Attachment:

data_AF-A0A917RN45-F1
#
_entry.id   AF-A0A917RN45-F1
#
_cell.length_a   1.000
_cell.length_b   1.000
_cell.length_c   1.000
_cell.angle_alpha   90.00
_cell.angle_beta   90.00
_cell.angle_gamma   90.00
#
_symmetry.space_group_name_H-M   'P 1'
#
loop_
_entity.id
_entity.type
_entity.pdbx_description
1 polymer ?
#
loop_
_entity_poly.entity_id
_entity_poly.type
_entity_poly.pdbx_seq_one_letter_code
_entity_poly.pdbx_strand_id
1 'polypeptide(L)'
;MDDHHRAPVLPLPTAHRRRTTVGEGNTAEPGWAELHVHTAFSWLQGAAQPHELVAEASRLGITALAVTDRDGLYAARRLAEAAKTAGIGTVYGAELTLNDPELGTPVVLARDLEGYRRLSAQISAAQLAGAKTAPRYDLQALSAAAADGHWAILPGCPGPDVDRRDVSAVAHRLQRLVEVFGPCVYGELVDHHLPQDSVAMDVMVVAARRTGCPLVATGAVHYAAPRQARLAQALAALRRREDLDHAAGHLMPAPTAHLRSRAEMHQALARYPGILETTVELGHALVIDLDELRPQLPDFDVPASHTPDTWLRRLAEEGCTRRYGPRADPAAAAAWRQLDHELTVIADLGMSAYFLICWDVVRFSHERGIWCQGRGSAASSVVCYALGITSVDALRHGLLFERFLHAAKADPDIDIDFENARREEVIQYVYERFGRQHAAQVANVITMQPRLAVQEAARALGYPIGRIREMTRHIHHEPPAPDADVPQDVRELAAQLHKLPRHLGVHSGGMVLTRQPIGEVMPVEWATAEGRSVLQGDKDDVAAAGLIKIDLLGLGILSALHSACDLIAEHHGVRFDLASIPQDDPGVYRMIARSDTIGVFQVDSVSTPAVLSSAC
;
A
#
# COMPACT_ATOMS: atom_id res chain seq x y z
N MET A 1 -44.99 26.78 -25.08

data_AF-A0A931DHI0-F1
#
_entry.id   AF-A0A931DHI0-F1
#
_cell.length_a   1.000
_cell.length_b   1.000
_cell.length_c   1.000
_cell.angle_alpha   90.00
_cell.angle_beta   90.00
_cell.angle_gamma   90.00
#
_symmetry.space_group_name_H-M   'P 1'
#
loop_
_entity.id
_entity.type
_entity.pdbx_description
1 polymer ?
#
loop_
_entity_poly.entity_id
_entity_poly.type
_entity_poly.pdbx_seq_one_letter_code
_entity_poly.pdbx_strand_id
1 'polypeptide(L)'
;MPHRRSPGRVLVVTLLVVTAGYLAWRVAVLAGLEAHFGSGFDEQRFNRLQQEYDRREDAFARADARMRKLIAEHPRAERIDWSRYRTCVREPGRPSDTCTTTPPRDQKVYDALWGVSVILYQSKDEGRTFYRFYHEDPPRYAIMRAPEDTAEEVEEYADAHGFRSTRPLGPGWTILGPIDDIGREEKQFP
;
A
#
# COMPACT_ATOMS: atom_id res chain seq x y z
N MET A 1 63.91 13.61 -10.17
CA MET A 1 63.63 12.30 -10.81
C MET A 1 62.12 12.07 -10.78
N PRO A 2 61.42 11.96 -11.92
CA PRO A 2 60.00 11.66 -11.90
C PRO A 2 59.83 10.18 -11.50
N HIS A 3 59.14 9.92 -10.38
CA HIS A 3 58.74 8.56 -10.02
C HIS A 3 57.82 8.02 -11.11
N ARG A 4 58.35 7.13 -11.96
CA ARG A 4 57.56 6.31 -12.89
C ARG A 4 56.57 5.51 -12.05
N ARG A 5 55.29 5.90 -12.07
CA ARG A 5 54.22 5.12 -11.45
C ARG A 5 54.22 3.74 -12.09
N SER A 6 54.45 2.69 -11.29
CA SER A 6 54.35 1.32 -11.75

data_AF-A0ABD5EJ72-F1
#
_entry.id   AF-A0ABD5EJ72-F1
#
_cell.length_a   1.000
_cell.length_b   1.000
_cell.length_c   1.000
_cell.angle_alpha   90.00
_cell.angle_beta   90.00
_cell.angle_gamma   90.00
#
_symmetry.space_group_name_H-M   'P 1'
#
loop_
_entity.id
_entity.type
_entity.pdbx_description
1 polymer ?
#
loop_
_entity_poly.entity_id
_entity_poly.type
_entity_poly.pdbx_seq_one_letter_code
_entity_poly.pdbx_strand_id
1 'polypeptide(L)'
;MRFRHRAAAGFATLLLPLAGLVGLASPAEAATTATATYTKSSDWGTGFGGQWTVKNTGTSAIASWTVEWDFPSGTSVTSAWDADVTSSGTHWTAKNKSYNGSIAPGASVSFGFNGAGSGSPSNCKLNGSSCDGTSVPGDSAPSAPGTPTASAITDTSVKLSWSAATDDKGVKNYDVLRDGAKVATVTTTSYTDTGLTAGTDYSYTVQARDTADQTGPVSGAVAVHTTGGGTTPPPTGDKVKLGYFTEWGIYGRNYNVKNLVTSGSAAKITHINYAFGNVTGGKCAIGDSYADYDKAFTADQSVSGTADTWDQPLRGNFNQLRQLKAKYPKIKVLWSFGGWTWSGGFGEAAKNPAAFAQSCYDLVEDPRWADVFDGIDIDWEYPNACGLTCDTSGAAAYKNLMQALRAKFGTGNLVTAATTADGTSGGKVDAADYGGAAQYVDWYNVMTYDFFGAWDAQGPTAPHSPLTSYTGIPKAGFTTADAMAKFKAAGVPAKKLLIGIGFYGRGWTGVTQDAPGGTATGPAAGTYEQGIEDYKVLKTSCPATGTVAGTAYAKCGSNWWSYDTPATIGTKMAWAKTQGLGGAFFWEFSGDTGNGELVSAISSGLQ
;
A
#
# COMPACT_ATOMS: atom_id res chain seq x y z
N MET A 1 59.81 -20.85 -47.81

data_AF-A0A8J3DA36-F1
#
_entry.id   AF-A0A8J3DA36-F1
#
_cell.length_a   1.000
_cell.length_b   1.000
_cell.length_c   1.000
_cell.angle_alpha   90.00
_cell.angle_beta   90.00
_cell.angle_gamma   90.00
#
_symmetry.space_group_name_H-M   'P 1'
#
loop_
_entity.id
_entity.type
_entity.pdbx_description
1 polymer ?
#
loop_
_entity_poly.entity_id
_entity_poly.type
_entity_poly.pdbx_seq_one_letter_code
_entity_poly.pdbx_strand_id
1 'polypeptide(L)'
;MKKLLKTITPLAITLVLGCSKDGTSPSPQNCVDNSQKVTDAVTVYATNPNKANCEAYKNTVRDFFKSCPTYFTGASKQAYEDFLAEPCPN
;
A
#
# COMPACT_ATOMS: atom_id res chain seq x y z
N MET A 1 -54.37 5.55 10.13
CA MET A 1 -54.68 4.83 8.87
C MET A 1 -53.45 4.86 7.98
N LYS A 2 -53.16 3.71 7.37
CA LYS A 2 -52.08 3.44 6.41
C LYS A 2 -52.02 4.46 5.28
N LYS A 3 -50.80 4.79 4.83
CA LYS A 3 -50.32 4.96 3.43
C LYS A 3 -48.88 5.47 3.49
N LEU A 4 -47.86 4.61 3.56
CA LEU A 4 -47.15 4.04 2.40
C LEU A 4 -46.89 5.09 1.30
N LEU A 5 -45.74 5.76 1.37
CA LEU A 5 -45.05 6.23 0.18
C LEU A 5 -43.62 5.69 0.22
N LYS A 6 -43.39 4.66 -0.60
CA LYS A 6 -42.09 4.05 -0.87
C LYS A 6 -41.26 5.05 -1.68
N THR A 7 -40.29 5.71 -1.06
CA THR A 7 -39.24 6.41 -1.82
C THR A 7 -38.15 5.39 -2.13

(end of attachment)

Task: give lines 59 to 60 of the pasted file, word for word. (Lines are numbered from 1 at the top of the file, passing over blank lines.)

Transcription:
A
#